It’s the end of 2020… nearly. For December, I’m taking another hiatus to do some fiction writing. While I wouldn’t call it a grand finale, given how rough the year has been for many, it’s still worth celebrating that it is still ending. To celebrate, why not shout out the stories that know how to conclude the best.
Glass Reflections on YouTube often has said that “the ending is paramount” and despite my disagreements with him, I can’t disagree with him on that one. The ending of a story can make or break it. The conclusion of SAO: Ordinal Scale made the plodding narrative leading up to it all worth it. On the flip side, the last five minutes of Black Butler II ruined an otherwise exciting season in retrospect.
So here are a few of my favorite endings that left on a high note, redeeming lesser qualities or acting as the culmination of greater ones. They made me cry, they made me giggle uncontrollably, or they left me without the will to speak.
I find it amusing that the Project Itoh films adapted Itoh’s novels in the reverse order of when they were released. While that wasn’t the original intention, as the release schedule was different before The Empire of Corpses‘ announcement, it nevertheless became this way.
Empire was a mere concept of a story never completed by Itoh himself before he lost his battle with cancer. Next, Harmony, the tale of medical dystopia, was written amid Itoh’s cancer treatment. Genocidal Organ might not have a clear parallel to Itoh’s plight, but it was his first and most prominent written work. Through this film project, it’s almost like Itoh was becoming alive again.
That said, the film was hardly as optimistic as such a claim would imply. Genocidal Organ is a militaristic sci-fi drama that dissects the mind of soldiers in a future where they can be made to feel nothing. The influence between Itoh and the works of Hideo Kojima is plain as day and this story arguably goes even harder in portraying the horrors of modern warfare than MGS4 did.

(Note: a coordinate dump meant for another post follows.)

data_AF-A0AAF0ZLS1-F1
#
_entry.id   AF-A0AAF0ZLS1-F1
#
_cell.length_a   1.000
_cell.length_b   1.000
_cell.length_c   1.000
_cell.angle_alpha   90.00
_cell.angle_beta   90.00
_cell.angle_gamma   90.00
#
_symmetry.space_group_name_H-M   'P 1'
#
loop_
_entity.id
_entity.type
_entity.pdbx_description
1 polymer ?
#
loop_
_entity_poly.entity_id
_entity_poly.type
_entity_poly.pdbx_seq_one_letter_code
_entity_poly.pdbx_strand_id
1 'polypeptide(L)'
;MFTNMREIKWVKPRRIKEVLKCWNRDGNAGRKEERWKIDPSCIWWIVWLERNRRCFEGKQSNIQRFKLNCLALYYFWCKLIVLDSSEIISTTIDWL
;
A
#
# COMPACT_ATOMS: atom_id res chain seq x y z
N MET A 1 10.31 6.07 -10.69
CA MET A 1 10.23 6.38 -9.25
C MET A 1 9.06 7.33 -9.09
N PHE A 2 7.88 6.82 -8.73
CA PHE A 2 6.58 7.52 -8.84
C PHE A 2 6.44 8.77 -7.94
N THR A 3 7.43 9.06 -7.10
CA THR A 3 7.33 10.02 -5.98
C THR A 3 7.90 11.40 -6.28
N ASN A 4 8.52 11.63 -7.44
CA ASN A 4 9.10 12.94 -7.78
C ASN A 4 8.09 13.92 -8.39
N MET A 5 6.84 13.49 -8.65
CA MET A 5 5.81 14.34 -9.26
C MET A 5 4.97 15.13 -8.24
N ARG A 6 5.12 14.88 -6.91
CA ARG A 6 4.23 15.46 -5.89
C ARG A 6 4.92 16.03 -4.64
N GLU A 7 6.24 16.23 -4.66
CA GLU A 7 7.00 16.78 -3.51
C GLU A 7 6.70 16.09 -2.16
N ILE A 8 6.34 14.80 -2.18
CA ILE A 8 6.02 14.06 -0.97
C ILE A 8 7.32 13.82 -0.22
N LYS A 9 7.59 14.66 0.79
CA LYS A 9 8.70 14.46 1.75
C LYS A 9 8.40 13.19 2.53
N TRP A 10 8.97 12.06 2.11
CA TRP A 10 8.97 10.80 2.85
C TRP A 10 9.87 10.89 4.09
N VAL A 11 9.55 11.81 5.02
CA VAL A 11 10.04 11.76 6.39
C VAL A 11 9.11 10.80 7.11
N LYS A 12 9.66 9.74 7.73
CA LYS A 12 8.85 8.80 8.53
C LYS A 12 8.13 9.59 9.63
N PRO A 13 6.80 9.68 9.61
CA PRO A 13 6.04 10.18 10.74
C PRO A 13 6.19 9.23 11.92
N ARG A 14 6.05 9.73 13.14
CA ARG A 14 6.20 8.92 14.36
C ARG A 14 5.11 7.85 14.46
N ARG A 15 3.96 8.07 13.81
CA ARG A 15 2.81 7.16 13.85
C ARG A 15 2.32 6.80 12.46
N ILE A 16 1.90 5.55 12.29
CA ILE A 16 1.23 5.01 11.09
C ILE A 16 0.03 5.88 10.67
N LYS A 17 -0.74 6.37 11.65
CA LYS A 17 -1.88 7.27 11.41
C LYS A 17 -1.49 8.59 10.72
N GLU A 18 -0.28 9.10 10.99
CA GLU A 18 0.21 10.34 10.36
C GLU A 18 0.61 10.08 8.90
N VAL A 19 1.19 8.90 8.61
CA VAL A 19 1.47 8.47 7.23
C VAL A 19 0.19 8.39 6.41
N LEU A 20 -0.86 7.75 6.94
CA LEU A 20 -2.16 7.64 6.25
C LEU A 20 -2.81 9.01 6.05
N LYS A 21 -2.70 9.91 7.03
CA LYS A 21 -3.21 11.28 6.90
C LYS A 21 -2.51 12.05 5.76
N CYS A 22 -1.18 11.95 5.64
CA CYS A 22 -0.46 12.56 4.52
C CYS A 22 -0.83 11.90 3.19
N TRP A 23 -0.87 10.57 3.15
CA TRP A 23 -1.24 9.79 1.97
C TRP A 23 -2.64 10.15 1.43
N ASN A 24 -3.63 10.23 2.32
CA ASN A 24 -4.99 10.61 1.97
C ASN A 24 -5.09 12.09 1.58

This film was also delayed from late 2015 to late 2017 as Manglobe went bankrupt and production resumed under a new studio. The production problems combined with the long wait meant that the film project lost steam while the expectations grew larger for those still anticipating it. When all was said and done, was Project Itoh a success?
Rarely in discussions of book-to-film adaptations am I in a position where I’ve read the book. Most times I come at those discussions from a neutral standpoint, weighing the deviations vs the quality of the work. Additionally, the difference between the two mediums has to be accounted for. Some things work better in a book and some things work better in a movie.
The only work by Satoshi Itoh that I’ve read is Genocidal Organ, his first and most famous novel. I read it in anticipation of the delayed animated film. Part of me felt like I should indulge in the original material after the second film in the Project Itoh trilogy left me disappointed. From Studio 4°C, this is Harmony.
I know last week I said “come back next week for the next Project Itoh review,” but this week got off to a bumpy start.
As of writing, I’ve come down with a cold. Yes, I’m sure it’s just a cold, I don’t think I have COVID. Normally I’d fight through a cold like it’s nothing but something about getting sick at all after six months of quarantining made me a lot more suspicious about what this was as soon as I got symptoms.
So I was spending the last two days – which are typically my biggest writing days – sleeping. If it were just that, I probably would have been a bit more indecisive on whether to make this post. However, there is something very important going on today, the day this is posted…